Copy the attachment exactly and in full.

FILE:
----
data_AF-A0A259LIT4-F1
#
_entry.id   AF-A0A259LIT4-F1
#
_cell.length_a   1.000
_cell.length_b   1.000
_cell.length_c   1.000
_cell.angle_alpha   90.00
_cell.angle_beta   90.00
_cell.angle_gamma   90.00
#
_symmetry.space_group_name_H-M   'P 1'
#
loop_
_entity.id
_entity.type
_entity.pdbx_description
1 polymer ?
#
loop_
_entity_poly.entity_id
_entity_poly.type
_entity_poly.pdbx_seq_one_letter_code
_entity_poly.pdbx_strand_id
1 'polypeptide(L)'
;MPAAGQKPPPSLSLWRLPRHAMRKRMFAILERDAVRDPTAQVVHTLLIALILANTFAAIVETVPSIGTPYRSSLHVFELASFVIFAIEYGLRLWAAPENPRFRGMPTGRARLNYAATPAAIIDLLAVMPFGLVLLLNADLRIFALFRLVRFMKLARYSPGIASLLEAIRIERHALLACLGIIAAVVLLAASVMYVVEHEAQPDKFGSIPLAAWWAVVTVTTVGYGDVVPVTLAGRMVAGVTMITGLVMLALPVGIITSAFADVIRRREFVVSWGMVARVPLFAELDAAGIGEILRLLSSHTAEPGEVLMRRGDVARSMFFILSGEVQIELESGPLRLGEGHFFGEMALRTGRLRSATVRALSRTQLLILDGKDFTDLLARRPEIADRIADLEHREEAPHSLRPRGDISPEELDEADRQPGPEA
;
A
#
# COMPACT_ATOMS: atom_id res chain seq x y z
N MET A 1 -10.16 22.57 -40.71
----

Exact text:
data_AF-A0A259LIT4-F1
#
_entry.id   AF-A0A259LIT4-F1
#
_cell.length_a   1.000
_cell.length_b   1.000
_cell.length_c   1.000
_cell.angle_alpha   90.00
_cell.angle_beta   90.00
_cell.angle_gamma   90.00
#
_symmetry.space_group_name_H-M   'P 1'
#
loop_
_entity.id
_entity.type
_entity.pdbx_description
1 polymer ?
#
loop_
_entity_poly.entity_id
_entity_poly.type
_entity_poly.pdbx_seq_one_letter_code
_entity_poly.pdbx_strand_id
1 'polypeptide(L)'
;MPAAGQKPPPSLSLWRLPRHAMRKRMFAILERDAVRDPTAQVVHTLLIALILANTFAAIVETVPSIGTPYRSSLHVFELASFVIFAIEYGLRLWAAPENPRFRGMPTGRARLNYAATPAAIIDLLAVMPFGLVLLLNADLRIFALFRLVRFMKLARYSPGIASLLEAIRIERHALLACLGIIAAVVLLAASVMYVVEHEAQPDKFGSIPLAAWWAVVTVTTVGYGDVVPVTLAGRMVAGVTMITGLVMLALPVGIITSAFADVIRRREFVVSWGMVARVPLFAELDAAGIGEILRLLSSHTAEPGEVLMRRGDVARSMFFILSGEVQIELESGPLRLGEGHFFGEMALRTGRLRSATVRALSRTQLLILDGKDFTDLLARRPEIADRIADLEHREEAPHSLRPRGDISPEELDEADRQPGPEA
;
A
#
# COMPACT_ATOMS: atom_id res chain seq x y z
N MET A 1 -10.16 22.57 -40.71